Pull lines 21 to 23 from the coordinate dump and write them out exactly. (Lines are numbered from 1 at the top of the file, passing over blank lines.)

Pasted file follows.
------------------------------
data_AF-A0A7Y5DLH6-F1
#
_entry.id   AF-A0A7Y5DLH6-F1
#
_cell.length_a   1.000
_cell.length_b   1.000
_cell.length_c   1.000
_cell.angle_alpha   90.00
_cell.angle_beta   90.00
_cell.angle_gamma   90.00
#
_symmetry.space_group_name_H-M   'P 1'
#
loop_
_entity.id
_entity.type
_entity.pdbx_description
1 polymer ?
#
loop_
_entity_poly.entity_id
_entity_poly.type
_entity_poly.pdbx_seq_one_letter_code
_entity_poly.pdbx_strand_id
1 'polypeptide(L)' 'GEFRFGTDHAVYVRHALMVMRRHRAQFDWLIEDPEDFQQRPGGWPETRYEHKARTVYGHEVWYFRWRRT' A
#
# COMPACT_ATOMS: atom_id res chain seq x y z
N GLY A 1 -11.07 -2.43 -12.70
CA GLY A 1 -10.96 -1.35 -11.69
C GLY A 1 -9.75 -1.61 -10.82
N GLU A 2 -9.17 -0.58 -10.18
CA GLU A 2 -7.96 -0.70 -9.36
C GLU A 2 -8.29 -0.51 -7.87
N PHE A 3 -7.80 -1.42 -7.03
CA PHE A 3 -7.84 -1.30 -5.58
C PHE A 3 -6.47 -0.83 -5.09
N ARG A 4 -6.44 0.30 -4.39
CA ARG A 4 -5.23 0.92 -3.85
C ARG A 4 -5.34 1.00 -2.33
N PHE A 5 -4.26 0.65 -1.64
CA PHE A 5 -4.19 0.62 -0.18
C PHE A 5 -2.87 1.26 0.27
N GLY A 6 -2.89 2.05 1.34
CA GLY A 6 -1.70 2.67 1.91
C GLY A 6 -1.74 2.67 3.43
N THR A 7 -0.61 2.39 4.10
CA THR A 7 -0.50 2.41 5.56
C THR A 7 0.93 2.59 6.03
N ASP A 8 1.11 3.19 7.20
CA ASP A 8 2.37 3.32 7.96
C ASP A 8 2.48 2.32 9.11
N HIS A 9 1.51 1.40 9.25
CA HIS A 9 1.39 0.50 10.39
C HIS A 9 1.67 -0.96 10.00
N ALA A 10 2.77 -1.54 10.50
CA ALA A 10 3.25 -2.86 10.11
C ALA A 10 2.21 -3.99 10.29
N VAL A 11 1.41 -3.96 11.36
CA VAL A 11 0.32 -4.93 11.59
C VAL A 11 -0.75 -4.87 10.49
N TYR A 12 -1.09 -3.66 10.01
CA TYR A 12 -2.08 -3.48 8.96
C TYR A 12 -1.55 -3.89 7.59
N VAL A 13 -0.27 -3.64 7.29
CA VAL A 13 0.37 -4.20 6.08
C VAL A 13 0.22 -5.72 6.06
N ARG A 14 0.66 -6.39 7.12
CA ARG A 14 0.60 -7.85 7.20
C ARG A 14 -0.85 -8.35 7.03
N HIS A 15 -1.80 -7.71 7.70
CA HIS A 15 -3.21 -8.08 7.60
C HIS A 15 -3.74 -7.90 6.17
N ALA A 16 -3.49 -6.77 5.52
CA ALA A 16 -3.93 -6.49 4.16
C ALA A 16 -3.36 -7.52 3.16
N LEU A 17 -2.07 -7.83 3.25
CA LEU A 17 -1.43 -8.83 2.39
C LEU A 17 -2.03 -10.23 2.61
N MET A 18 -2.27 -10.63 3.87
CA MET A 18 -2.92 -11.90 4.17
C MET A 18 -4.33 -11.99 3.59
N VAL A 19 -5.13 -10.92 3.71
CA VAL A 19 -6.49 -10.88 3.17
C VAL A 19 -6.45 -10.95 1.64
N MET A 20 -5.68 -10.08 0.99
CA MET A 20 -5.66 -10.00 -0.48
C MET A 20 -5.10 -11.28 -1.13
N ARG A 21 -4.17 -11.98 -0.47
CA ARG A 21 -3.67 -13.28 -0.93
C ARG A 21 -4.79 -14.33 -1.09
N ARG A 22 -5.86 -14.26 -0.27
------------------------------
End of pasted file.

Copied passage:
_entity_poly.entity_id
_entity_poly.type
_entity_poly.pdbx_seq_one_letter_code